How a truck driver spent $153 on his New Jersy election campaign

How a truck driver spent $153 on his New Jersy election campaign to likely dethrone a political kingpin. The man who is poised to topple one of New Jersey’s most feared political kingpins has never held public office, he has been a commercial truck driver for 25 years and he claims to have spent a whopping $153 on his entire campaign.

His name is Edward Durr, and he may be on the verge of one of the most unthinkable upsets in New Jersey political history.

With 98% of the vote counted, Durr, the Republican Senate candidate in the South Jersey-based 3rd legislative district, leads New Jersey Senate President Steve Sweeney by roughly 2,000 votes; 32,134 to 30,125.

Sweeney, a Democrat, is the longest-tenured Senate president in New Jersey history, having held the post since 2010. He was expected to serve a seventh term in the position before launching a possible bid for governor in 2025.

That was before he was taken on by a no-name challenger in Durr, who has miraculously knocked Sweeney on his heels in a race that was never considered more than an afterthought.

“I have no idea what’s going on. I am really trying to grasp all of this,” Durr said early this morning when interviewed outside his home in Swedesboro by FOX29 in Philadelphia. “I knew it would be a major upset. I did what I could.”

Durr, a lifelong New Jersey resident with three kids and six grandchildren, announced his intentions to challenge Sweeney earlier this year to little fanfare. In fact, a link to his campaign website brings up error codes.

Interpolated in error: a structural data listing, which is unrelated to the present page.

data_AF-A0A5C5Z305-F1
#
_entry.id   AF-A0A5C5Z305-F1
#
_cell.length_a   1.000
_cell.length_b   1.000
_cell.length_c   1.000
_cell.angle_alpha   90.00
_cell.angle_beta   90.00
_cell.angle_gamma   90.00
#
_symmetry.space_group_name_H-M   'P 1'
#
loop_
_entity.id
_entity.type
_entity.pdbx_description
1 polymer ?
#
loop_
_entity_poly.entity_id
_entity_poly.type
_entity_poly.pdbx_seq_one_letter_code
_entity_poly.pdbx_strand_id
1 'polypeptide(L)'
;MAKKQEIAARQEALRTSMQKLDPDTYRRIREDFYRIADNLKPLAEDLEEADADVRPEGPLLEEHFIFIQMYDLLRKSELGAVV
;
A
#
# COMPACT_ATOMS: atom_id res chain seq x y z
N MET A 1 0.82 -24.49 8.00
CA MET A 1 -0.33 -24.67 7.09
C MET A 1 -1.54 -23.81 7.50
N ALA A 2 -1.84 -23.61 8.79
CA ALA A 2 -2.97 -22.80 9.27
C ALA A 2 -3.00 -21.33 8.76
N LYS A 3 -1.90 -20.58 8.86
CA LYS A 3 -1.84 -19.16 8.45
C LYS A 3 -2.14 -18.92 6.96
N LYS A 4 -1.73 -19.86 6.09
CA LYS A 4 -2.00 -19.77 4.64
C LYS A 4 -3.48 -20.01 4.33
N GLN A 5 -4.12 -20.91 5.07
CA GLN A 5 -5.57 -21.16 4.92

He compared his quest in challenging Sweeney to restoring a rusted, broken down 1964 Mustang that’s sitting on bald tires in his front yard. Like the car, New Jersey had good bones and a strong foundation. “What it requires now is someone to show it a little TLC,” Durr said.

He built his bare-bones campaign at the grassroots level, walking door-to-door throughout the district, wearing jeans and tennis shoes and introducing himself to voters. In ads, Durr is hopping down from his commercial-grade truck or revving the engine on his motorcycle, appearing like the quintessential suburban dad — and in stark contrast to Sweeney, often besuited and photographed over lecterns in the state capital.

“The Senate President has spent 20 years in Trenton,” Durr said in a campaign video. “Higher taxes, increasing debt and the rising cost of living. We deserve better. New Jersey, it’s time for a change.”

Interviewed Wednesday morning outside his home, he appeared almost shocked to be leading Sweeney.

“I’ve said this before: I’m as blue-collar as you’re ever going to find,” Durr said.

Senate Democrats were scheduled to gather Thursday to pick new caucus leadership. But Sweeney postponed the meeting.

“Due to the closeness of several State Senate elections, the Leadership Caucus scheduled for tomorrow will be delayed,” Sweeney said. “The Caucus will be rescheduled once the result of every Senate election is determined.”

One of Sweeney’s chief allies in South Jersey, Assemblyman John Burzichelli (D-Paulsboro), also, to the surprise of many political insiders, trailed in his legislative race. Burzichelli has been the Assembly Appropriations Chair since 2012.

A Sweeney loss would significantly change the landscape of state politics, giving rise to a new Senate president and likely shifting the dynamic between the Legislature and the governor’s office.

As Senate president, Sweeney decides what bills are voted on in the Legislature’s upper chamber and which of the governor’s nominees receive confirmation hearings. He has clashed with Murphy during the past four years on everything from taxes to tax credits. While both are Democrats, Sweeney is seen as a moderate and Murphy as more progressive.

New Jersey on Wednesday reported another 1,026 COVID-19 cases and seven deaths as kids between the ages of 5 and 11 began receiving the first pediatric vaccine doses.

The state’s seven-day average for confirmed positive tests is 1,098, down 4% from a week ago and 32% from a month ago. It’s the lowest seven-day average since Aug. 5.